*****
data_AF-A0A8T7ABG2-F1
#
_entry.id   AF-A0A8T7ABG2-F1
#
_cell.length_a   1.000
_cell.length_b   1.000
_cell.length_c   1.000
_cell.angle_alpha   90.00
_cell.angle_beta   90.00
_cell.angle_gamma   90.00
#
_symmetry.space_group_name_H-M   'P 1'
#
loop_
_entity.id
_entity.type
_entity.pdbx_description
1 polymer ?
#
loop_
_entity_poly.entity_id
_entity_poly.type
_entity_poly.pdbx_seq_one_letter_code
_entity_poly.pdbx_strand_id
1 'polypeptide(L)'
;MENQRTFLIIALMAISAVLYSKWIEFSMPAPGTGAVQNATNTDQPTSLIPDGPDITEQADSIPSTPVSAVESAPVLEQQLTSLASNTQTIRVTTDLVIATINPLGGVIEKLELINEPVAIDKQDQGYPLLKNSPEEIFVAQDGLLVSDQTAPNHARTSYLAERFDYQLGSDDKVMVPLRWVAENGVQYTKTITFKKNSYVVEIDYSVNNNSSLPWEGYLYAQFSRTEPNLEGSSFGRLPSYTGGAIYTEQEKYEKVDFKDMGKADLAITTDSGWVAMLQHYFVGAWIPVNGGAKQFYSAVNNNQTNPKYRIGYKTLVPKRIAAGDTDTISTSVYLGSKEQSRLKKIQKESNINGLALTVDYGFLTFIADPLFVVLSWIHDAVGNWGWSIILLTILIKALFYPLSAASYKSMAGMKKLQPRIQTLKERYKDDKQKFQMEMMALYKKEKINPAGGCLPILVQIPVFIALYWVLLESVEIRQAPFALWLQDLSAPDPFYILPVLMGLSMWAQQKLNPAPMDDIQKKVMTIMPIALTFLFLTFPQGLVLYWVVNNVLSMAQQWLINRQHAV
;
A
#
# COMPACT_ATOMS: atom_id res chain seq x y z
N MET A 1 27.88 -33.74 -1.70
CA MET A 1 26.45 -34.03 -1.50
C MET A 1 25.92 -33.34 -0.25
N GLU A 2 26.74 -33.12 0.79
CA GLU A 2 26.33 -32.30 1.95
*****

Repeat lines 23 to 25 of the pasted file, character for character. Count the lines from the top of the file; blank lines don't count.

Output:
_entity_poly.pdbx_seq_one_letter_code
_entity_poly.pdbx_strand_id
1 'polypeptide(L)'